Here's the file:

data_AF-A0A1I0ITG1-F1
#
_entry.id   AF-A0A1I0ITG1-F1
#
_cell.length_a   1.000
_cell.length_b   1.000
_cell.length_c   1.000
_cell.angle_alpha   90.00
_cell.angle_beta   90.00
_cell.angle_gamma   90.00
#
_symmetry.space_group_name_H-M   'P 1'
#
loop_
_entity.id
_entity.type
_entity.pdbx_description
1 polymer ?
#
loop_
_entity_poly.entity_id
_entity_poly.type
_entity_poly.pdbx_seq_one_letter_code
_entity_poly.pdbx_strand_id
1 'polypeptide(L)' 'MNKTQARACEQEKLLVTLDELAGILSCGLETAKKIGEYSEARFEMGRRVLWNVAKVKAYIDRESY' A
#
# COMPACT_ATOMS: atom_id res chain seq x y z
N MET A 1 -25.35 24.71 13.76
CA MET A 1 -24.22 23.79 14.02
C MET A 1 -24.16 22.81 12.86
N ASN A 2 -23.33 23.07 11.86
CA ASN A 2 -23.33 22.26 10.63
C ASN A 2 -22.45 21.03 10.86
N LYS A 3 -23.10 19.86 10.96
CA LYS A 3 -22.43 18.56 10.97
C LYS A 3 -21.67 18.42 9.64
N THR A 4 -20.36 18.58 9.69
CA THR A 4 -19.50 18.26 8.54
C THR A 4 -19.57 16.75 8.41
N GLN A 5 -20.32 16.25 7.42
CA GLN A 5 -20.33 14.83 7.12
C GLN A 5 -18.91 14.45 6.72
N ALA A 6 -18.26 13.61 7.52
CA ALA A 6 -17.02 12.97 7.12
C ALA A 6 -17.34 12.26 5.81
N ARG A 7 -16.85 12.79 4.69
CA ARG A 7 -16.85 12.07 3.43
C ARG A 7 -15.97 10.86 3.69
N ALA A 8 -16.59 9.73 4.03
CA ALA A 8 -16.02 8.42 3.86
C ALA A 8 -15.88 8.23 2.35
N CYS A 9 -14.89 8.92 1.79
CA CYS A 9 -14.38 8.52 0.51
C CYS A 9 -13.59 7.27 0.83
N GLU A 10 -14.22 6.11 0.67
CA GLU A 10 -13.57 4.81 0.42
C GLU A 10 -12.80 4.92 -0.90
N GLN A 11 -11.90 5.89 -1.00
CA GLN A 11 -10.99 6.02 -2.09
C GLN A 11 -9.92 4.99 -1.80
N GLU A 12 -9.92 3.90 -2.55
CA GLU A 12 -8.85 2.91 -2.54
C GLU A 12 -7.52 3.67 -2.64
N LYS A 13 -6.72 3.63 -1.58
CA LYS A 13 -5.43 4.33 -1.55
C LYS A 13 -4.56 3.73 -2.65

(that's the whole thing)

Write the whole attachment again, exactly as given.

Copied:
data_AF-A0A1I0ITG1-F1
#
_entry.id   AF-A0A1I0ITG1-F1
#
_cell.length_a   1.000
_cell.length_b   1.000
_cell.length_c   1.000
_cell.angle_alpha   90.00
_cell.angle_beta   90.00
_cell.angle_gamma   90.00
#
_symmetry.space_group_name_H-M   'P 1'
#
loop_
_entity.id
_entity.type
_entity.pdbx_description
1 polymer ?
#
loop_
_entity_poly.entity_id
_entity_poly.type
_entity_poly.pdbx_seq_one_letter_code
_entity_poly.pdbx_strand_id
1 'polypeptide(L)' 'MNKTQARACEQEKLLVTLDELAGILSCGLETAKKIGEYSEARFEMGRRVLWNVAKVKAYIDRESY' A
#
# COMPACT_ATOMS: atom_id res chain seq x y z
N MET A 1 -25.35 24.71 13.76
CA MET A 1 -24.22 23.79 14.02
C MET A 1 -24.16 22.81 12.86
N ASN A 2 -23.33 23.07 11.86
CA ASN A 2 -23.33 22.26 10.63
C ASN A 2 -22.45 21.03 10.86
N LYS A 3 -23.10 19.86 10.96
CA LYS A 3 -22.43 18.56 10.97
C LYS A 3 -21.67 18.42 9.64
N THR A 4 -20.36 18.58 9.69
CA THR A 4 -19.50 18.26 8.54
C THR A 4 -19.57 16.75 8.41
N GLN A 5 -20.32 16.25 7.42
CA GLN A 5 -20.33 14.83 7.12
C GLN A 5 -18.91 14.45 6.72
N ALA A 6 -18.26 13.61 7.52
CA ALA A 6 -17.02 12.97 7.12
C ALA A 6 -17.34 12.26 5.81
N ARG A 7 -16.85 12.79 4.69
CA ARG A 7 -16.85 12.07 3.43
C ARG A 7 -15.97 10.86 3.69
N ALA A 8 -16.59 9.73 4.03
CA ALA A 8 -16.02 8.42 3.86
C ALA A 8 -15.88 8.23 2.35
N CYS A 9 -14.89 8.92 1.79
CA CYS A 9 -14.38 8.52 0.51
C CYS A 9 -13.59 7.27 0.83
N GLU A 10 -14.22 6.11 0.67
CA GLU A 10 -13.57 4.81 0.42
C GLU A 10 -12.80 4.92 -0.90
N GLN A 11 -11.90 5.89 -1.00
CA GLN A 11 -10.99 6.02 -2.09
C GLN A 11 -9.92 4.99 -1.80
N GLU A 12 -9.92 3.90 -2.55
CA GLU A 12 -8.85 2.91 -2.54
C GLU A 12 -7.52 3.67 -2.64
N LYS A 13 -6.72 3.63 -1.58
CA LYS A 13 -5.43 4.33 -1.55
C LYS A 13 -4.56 3.73 -2.65